These days, we have no shortage of terrible things to write about and ways things can get worse. From threats by North Korea, political turmoil in Europe, a continuing humanitarian crisis in Puerto Rico, and raging bedlam in Washington, DC, we appear to be careening towards catastrophe.
At these moments, we as writers need to sit down quietly and ask, “What do we want the world to be?”
Throughout history, writers and other artists have looked at the chaos surrounding them and dared to imagine a better world — a world after the chaos has passed, and we are ready to rebuild. You can find examples from the Cold War. The 1951 The Day the Earth Stood Still cautioned that humanity has a choice between peace and destruction. The original Star Trek showed a humanity that overcame its self-destructiveness and prejudice to venture among the stars. “Do You Hear What I Hear?” is a Christmas song that contained a call for peace out of the Cuban Missile Crisis. These works not only showed a world under threat of nuclear destruction, but imagined how we can avoid or overcome it.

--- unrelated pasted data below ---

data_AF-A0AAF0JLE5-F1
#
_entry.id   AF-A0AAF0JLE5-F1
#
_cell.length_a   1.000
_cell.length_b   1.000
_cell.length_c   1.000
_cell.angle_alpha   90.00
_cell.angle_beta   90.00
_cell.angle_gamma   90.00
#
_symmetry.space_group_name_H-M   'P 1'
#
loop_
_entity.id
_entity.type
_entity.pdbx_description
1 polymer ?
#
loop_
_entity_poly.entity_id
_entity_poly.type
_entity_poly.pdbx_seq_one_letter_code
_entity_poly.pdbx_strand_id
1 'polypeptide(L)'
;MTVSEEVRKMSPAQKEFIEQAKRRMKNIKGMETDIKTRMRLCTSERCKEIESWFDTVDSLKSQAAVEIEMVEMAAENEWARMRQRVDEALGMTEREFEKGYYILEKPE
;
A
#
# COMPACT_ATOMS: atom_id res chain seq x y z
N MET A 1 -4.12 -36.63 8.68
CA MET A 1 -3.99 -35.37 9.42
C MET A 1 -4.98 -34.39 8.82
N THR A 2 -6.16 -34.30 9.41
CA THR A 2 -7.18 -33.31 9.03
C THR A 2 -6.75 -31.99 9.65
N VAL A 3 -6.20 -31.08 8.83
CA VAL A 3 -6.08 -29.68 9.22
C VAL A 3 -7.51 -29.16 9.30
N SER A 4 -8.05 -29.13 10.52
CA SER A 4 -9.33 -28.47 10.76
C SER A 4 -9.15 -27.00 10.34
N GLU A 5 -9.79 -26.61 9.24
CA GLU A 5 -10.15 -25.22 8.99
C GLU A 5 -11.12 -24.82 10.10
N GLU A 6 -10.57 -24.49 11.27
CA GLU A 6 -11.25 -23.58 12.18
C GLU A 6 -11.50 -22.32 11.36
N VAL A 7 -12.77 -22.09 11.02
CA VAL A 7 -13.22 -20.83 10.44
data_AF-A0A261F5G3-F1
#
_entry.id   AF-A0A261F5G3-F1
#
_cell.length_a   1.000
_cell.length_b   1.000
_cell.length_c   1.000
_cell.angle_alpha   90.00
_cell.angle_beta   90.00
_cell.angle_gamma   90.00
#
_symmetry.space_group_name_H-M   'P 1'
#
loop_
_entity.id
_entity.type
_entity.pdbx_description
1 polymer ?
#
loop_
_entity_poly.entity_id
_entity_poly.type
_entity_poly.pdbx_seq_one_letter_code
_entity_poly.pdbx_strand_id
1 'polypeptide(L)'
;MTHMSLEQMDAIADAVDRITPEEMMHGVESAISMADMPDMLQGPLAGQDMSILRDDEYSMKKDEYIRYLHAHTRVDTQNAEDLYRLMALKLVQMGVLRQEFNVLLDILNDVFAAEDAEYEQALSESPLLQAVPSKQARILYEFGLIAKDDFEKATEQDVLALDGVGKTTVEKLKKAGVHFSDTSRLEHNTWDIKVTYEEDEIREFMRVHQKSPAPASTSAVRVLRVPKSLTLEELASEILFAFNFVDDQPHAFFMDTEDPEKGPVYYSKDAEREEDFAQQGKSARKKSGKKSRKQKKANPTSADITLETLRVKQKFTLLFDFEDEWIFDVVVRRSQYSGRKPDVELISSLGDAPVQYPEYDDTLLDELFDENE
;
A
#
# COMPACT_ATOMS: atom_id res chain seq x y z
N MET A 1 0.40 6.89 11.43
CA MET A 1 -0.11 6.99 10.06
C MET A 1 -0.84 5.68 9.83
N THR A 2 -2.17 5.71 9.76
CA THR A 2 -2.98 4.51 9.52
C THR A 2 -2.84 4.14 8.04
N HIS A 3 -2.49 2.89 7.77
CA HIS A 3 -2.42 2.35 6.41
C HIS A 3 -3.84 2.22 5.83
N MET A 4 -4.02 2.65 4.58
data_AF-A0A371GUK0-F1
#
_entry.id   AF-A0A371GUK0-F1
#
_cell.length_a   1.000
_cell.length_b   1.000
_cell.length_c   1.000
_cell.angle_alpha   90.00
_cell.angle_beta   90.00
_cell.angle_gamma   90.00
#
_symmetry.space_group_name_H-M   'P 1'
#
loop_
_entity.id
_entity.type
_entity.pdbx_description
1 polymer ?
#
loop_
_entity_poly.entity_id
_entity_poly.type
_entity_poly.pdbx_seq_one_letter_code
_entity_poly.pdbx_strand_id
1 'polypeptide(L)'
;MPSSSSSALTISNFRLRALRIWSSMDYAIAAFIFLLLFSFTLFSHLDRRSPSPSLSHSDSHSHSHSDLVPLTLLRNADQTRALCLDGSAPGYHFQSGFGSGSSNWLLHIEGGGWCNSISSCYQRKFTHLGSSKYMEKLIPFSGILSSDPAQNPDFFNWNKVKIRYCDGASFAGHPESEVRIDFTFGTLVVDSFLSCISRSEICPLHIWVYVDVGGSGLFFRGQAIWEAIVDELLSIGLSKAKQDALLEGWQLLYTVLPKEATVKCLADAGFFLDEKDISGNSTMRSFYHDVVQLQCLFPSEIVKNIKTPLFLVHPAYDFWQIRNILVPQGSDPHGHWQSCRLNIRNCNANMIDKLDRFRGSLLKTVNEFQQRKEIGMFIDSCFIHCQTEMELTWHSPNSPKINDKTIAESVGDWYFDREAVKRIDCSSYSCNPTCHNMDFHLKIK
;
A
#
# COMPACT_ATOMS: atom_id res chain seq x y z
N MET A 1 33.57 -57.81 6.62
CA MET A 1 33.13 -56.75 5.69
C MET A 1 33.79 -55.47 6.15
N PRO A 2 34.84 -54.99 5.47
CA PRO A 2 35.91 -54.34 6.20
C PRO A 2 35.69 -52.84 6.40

Even 1986’s Rocky IV showed how Cold War tensions and a thirst for revenge could change to mutual respect and a desire for peace.
The threats we face today are serious and cannot be ignored. At the same time, we as writers must offer an image of a better world — a world that is worth battling the forces of greed, bigotry, cowardice, and ignorance to create.
Writers imagined smartphones, artificial intelligence, space travel, genetic modification, and other technologies long before they were invented. What kind of world can we imagine? A world where healthcare is affordable and available to all. Where women are respected and live without fear of assault. Where our children and grandchildren won’t have to face nuclear destruction or environmental catastrophe. Where problems can be solved through imagination and negotiation instead of violence.
It’s a world we can create through our words. Let’s go to work.